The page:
There’s no way around it: 2017 was a difficult year for those working for progressive social change. Adjusting to the onset of a Trump presidency meant facing down challenges to values we hold dear and recognizing the scope and depth of the racism, sexism, and xenophobia that have long existed in our country. If there was even the thinnest silver lining to these disturbing trends, it was seeing the robust response to them. From the Women’s March and #metoo, to the airport protests against the attempted Muslim ban and organizing to prevent cuts to our national monuments, the response to Trumpism has been plentiful. This activism and community-building in response to these deplorable actions is a force to be reckoned with. So, in 2018, we’re resolving to continue resisting.
This year I resolve to continually seek out and share the stories and the voices that often go ignored.
I will support the efforts of organizations like WBZ in Chicago which launched a podcast called “Every Other Hour.”It seeks to tell the stories of gun violence in Chicago. I will also support our local news outlets, whose work is often unsung, by continuing to subscribe and encourage our clients to advertise where possible. Finally, I will support efforts to diversify the voices in journalism, whether it is ProPublica’s effort to support local journalism or YouthRadio’s efforts to train the next generation of revolutionary media creators.
Especially in the Trump era, communities of color continue to fight every day against racism, oppression, privilege, and power. I resolve to step up as a white ally in order to help dismantle the ways in which our institutions and culture are deeply rooted in oppression.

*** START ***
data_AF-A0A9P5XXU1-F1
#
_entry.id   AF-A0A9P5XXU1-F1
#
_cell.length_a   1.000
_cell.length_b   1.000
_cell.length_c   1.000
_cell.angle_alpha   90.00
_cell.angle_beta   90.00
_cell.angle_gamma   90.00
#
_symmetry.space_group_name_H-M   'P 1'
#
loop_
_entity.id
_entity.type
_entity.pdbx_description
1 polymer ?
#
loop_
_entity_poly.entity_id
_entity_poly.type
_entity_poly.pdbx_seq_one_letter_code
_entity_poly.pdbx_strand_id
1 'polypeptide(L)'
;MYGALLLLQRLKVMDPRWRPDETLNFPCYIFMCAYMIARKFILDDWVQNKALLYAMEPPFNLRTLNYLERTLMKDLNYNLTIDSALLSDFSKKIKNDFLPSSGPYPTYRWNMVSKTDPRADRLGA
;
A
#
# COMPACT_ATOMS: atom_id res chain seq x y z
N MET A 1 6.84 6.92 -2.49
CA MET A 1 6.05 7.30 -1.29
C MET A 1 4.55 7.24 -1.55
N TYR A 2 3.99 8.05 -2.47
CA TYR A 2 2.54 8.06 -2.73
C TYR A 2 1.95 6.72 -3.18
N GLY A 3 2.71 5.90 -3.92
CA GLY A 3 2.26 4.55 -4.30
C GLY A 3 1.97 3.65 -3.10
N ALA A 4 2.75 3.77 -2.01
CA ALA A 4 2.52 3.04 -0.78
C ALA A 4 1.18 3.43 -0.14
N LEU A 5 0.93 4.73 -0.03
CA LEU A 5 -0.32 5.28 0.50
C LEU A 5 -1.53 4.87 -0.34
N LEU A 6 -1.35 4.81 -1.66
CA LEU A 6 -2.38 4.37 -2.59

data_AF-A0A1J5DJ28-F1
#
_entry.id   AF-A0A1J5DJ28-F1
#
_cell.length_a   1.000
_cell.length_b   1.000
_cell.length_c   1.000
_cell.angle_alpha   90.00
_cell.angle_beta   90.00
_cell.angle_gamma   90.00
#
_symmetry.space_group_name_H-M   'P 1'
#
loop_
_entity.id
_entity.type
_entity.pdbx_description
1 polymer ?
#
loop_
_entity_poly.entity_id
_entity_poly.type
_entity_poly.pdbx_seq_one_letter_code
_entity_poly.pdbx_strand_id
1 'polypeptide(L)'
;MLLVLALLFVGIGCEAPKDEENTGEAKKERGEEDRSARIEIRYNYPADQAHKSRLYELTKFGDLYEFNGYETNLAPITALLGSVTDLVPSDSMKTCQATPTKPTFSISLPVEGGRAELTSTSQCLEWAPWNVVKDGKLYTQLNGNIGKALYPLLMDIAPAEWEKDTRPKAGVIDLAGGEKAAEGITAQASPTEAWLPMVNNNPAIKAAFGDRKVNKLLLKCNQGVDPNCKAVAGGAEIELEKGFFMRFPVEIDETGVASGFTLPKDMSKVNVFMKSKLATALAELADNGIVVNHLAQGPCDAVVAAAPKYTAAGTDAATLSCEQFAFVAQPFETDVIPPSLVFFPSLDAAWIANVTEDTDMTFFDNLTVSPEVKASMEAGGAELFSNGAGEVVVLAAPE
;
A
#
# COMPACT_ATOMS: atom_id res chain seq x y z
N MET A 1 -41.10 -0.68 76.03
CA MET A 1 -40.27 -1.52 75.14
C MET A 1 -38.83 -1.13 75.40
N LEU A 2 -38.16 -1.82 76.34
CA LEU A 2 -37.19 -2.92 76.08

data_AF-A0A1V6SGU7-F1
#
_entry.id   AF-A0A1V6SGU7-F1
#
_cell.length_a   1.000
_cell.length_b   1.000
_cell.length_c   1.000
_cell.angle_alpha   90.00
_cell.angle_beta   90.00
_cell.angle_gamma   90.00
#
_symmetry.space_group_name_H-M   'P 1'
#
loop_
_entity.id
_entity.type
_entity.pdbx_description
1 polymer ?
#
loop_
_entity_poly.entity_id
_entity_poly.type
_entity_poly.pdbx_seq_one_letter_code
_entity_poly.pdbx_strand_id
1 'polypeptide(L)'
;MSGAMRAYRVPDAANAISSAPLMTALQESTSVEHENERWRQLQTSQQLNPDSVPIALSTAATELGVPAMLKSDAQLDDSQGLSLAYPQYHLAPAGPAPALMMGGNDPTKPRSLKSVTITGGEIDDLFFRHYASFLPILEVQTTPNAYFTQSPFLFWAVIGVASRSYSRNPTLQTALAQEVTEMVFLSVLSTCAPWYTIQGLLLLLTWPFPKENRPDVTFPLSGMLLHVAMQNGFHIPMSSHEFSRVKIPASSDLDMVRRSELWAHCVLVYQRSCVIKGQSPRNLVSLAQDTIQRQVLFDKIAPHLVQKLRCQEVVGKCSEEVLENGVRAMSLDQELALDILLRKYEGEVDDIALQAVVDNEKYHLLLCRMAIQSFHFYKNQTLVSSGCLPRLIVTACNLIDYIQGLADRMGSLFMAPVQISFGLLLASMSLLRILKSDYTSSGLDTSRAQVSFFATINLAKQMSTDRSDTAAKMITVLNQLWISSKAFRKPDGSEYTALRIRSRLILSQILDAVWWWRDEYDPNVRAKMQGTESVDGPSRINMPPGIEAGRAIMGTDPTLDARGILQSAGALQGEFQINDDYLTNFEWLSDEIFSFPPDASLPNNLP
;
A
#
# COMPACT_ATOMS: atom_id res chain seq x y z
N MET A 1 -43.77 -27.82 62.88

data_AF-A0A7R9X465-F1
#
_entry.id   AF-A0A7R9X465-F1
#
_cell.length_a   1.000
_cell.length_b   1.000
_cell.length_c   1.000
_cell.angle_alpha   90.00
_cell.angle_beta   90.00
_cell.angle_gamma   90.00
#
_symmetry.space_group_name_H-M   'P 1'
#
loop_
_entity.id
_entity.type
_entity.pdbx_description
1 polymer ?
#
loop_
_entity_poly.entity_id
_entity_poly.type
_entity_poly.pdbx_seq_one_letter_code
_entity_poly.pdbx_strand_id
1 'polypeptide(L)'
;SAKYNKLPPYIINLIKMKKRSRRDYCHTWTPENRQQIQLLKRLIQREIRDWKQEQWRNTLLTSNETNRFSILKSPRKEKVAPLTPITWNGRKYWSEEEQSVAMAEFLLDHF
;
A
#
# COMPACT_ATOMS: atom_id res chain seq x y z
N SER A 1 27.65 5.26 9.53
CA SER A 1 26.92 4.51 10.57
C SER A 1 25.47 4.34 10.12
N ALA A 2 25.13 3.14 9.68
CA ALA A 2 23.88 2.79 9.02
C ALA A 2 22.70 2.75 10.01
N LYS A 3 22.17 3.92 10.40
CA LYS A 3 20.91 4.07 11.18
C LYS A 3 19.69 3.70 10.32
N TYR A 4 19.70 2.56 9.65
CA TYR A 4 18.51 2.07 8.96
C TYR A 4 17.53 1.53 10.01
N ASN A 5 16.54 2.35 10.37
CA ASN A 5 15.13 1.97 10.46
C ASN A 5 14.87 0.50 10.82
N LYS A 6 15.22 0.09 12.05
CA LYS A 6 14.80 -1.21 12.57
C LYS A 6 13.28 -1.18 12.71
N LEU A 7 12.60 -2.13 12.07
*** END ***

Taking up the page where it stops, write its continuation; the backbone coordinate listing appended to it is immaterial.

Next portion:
In the traditional sense, allies are partners with equal resources who choose to work in tandem for mutual benefit. But when it comes to racial justice, this definition cannot stand — communities of color do not have equal resources, and white allies will not gain the same benefits.
This year, I plan to become an active member of Showing Up for Racial Justice (SURJ), a national network of groups and individuals organizing white people for racial justice. SURJ believes in resourcing organizing led by people of color, and maintaining strong accountability relationships with organizers and communities of color as central part of our theory of change.
A friend of mine recommended resolving to not read any books written by straight, white, men. I decided to use this recommendation as a guide in being more conscientious about the literature and media I consume. So, this year I am resolving to surround myself with the art, film, novels, and perspectives of diverse and underrepresented individuals. As I’d like to see more content generated by individuals of varying races, genders, sexualities, and walks of life, I plan to be a patron of those artists. I want to elevate voices that reflect reality, and not just those specific voices that have historically been prioritized. Beyond supporting diverse artists, I’d like to recognize the extent to which our popular media and “classics” are dominated by the narratives and perspectives of a select few, predominantly heteronormative white men, and how this may contribute to my own biases.
In the first year of Trump’s presidency, I put my weight pretty firmly behind women’s issues when I felt my own rights coming under attack. This year, it’s important to me to fight even harder for the rights of groups to which I don’t belong. For me, 2018 will be the year of intersectionality, because I believe the resistance will only succeed if we’re willing to show up and fight each other’s battles. These acts of resistance shouldn’t be characterized as “a fight for someone else” — they’re a preemptive defense of our own rights, no matter who we are.
My resolution to resist will focus on holding elected officials accountable. Living in San Francisco, all of my federal elected officials are Democrats. But that doesn’t mean I abdicate my responsibility to hold them accountable. That includes thanking them when appropriate and calling them on the carpet when needed. We progressives set a lofty goal of taking back the House in 2018. When we do that (knock on wood) – our work is not done. We must still continue to hold them accountable because they work for us. In 2018 – let’s make sure they don’t forget that!